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The time now is Feb 17, 2020 03:57

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A general guide for using the Forum with some rules and tips
Preserving Calcite
  
  Index -> Conserving, Preparing and Cleaning Minerals
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Brandonh




Joined: 12 Jan 2020
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Location: Venic, Florida

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PostPosted: Jan 26, 2020 01:13    Post subject: Preserving Calcite  

I have quite a few honey calcite geodes i found and some are very pretty.

I'm concerned about preserving them. I was told that I would need to sand and polish them, but the way they look naturally broken is quite attractive.

Does anyone have any info they would like share on what is the best route to keep them from deteriorating?
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R Saunders




Joined: 28 Jul 2018
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PostPosted: Jan 26, 2020 07:20    Post subject: Re: Preserving Calcite  

are you referring to the Calcite fossil clams from the former Ruck's PIT quarry in Florida? If so I have one that was left laying in a mans yard for years with no apparent effect. Calcite itself seems to be very stable and not sure why you would want to hand sand it. Or is it Midwest USA geodes that have been cracked open?
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Bob Harman




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PostPosted: Jan 26, 2020 08:19    Post subject: Re: Preserving Calcite  

Mr Saunders, if you look through Brandon's other postings, you will see that he has posted some self-collected Calcite nodules/geodes/limestone nodules from Florida.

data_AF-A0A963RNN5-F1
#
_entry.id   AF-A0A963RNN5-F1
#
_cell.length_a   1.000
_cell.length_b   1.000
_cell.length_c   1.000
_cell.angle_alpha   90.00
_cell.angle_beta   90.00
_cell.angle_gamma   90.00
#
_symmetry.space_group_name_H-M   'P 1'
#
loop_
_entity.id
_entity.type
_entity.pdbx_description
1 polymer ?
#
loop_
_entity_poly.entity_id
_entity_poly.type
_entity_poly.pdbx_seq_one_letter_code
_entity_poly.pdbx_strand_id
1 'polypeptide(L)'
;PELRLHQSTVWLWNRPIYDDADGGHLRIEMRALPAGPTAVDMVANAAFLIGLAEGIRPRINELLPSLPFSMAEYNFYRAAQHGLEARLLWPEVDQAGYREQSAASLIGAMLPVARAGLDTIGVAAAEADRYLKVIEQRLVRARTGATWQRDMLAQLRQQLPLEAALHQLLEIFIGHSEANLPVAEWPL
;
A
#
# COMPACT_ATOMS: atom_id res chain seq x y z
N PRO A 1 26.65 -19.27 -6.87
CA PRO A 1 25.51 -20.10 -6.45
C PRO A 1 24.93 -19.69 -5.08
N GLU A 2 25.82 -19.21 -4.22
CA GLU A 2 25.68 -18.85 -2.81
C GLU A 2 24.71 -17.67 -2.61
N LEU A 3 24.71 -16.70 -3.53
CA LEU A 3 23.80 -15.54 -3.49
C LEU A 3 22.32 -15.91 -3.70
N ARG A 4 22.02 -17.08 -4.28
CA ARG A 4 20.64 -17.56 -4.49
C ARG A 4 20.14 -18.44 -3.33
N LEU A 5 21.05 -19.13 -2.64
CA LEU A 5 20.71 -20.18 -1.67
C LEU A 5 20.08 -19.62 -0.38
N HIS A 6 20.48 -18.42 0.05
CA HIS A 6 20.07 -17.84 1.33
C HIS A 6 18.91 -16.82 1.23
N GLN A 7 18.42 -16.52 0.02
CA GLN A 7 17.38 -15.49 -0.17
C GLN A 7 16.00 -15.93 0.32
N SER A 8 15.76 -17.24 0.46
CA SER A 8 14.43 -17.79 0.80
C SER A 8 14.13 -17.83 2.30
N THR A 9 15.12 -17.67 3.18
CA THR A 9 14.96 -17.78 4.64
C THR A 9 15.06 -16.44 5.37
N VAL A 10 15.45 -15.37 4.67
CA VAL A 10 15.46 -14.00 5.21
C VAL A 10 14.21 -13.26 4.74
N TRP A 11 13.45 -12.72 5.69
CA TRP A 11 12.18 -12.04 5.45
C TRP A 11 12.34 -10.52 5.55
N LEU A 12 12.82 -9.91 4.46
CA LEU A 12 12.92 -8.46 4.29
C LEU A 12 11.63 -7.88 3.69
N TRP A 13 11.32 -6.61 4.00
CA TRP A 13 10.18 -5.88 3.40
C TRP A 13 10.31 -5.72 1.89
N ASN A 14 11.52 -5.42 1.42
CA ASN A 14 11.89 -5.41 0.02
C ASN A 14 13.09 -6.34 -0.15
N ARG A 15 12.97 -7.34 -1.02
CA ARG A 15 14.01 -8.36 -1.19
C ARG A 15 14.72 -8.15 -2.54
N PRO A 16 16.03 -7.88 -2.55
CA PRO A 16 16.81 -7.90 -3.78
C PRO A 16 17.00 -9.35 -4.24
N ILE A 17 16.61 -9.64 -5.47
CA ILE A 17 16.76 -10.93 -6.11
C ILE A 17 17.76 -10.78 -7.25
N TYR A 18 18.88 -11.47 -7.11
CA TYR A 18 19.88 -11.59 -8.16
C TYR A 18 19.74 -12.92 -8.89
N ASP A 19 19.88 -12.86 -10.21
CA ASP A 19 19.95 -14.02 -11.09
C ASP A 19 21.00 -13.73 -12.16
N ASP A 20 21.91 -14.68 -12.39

To "preserve" them, basically do nothing. If you want to keep them as a mineral specimen, keep them natural. Do not sand or polish them; I might only mist them with a simple water spray every several months or so. This keeps them slightly moist without drying out.

For Calcite, kept natural as mineral specimens, nothing special needs to be done......Bob
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Brandonh




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PostPosted: Jan 26, 2020 08:39    Post subject: Re: Preserving Calcite  

R Saunders wrote:
are you referring to the Calcite fossil clams from the former Ruck's PIT quarry in Florida? If so I have one that was left laying in a mans yard or years with no apparent effect. Calcite it self seems to be very stable and not sure why you would want to hand sand it. Or is it Midwest USA geodes that have been cracked open?


No they are not from Ruck's Pit. I pulled them from the ground in Venice Florida and they are not clam shells. I believe they are geodes formed from concretions and I do not want to sand and polish these down. They seem to be delicate to it's surroundings. I'm not an expert, but from my observation they deteriorate when left in the sun. I'm guessing because they have probably never seen the the light of day before.

I'm new to the mineral world too. It's not often I find these. I'm normally hunting fossils, these are something I stumbled upon and gathered as many as I could, because they will all be destroyed at some point by a backhoe.



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Brandonh




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PostPosted: Jan 26, 2020 08:43    Post subject: Re: Preserving Calcite  

Bob Harman wrote:
Mr Saunders, if you look through Brandon's other postings, you will see that he has posted some self-collected Calcite nodules/geodes/limestone nodules from Florida.

To "preserve" them, basically do nothing. If you want to keep them as a mineral specimen, keep them natural. Do not sand or polish them; I might only mist them with a simple water spray every several months or so. This keeps them slightly moist without drying out.

For Calcite, kept natural as mineral specimens, nothing special needs to be done......Bob


Thanks Bob :)
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